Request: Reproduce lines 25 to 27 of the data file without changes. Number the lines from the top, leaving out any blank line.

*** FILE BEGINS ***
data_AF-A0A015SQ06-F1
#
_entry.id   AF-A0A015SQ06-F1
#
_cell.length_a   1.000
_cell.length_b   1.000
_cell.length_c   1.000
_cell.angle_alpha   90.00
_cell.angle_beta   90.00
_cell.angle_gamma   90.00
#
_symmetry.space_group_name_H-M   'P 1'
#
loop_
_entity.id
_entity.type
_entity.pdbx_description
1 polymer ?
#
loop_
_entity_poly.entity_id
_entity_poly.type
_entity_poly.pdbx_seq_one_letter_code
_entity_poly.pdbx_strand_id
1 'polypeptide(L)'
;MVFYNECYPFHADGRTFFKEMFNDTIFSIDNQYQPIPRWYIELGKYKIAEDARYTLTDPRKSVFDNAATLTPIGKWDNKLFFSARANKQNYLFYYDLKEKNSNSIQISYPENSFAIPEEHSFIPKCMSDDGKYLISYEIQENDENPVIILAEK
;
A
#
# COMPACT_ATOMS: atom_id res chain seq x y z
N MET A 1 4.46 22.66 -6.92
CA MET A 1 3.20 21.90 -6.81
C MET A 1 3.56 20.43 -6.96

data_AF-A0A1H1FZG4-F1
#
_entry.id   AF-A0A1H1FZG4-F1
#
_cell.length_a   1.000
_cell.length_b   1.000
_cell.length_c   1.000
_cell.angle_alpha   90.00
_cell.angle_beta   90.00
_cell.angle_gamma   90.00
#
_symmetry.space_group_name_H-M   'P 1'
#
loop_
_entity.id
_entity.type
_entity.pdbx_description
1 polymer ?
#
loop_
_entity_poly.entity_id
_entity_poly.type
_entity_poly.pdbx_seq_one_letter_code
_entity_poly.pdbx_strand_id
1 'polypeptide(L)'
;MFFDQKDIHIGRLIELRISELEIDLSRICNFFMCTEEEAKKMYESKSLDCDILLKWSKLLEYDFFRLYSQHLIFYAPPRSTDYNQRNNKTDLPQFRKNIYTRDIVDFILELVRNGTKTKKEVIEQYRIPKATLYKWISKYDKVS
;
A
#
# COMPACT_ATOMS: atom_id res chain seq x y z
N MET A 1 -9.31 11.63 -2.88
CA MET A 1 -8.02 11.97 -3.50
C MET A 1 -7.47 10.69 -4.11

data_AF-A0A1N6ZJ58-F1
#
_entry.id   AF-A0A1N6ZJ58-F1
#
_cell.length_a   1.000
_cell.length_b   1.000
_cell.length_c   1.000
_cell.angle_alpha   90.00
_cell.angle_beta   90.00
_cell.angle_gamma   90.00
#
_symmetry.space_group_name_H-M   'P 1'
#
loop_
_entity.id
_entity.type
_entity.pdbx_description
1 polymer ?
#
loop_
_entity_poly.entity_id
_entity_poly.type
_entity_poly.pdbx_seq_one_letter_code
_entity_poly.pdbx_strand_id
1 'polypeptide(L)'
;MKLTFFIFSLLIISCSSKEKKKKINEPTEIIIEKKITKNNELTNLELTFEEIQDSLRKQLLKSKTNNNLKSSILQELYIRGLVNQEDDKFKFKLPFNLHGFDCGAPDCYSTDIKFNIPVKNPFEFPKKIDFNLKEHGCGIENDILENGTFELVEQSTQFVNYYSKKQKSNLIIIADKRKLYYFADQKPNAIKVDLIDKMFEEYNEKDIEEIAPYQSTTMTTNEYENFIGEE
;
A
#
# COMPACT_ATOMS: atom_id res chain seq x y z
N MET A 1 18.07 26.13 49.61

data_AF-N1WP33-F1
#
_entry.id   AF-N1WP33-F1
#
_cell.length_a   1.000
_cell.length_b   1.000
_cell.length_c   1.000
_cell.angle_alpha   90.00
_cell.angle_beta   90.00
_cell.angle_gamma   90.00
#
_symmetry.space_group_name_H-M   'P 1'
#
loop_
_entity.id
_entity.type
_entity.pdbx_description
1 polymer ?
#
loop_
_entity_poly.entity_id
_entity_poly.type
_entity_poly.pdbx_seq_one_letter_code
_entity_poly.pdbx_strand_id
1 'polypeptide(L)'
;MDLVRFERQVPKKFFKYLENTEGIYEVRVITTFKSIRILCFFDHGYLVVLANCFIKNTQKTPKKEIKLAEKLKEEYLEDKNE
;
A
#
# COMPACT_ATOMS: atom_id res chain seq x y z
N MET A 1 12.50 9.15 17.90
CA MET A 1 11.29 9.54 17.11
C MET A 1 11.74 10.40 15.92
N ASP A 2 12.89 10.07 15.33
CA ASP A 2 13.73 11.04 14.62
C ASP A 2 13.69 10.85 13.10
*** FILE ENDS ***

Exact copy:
1 'polypeptide(L)'
;MVFYNECYPFHADGRTFFKEMFNDTIFSIDNQYQPIPRWYIELGKYKIAEDARYTLTDPRKSVFDNAATLTPIGKWDNKLFFSARANKQNYLFYYDLKEKNSNSIQISYPENSFAIPEEHSFIPKCMSDDGKYLISYEIQENDENPVIILAEK
;